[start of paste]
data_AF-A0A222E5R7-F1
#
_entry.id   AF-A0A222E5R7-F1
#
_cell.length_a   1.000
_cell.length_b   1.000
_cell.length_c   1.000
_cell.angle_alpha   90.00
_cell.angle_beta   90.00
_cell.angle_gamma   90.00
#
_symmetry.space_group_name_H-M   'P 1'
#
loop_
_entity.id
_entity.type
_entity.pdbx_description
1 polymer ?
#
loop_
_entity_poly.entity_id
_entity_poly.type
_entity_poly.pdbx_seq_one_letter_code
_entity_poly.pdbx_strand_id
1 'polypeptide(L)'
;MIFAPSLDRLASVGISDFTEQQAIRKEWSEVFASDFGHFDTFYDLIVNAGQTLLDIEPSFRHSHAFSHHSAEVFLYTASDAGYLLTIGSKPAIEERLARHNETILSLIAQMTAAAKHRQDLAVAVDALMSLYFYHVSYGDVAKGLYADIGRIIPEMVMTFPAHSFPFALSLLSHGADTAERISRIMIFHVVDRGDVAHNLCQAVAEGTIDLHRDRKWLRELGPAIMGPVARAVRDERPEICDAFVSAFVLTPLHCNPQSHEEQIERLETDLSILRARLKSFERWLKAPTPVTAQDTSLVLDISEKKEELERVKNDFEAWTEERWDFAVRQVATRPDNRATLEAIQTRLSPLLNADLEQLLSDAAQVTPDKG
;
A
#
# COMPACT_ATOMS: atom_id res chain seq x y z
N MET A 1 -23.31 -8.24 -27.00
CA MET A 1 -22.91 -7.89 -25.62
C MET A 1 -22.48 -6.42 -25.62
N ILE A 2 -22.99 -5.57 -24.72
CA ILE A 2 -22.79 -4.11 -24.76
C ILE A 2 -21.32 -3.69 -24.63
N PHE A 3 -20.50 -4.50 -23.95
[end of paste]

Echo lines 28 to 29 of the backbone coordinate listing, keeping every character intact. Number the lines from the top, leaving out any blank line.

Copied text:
A
#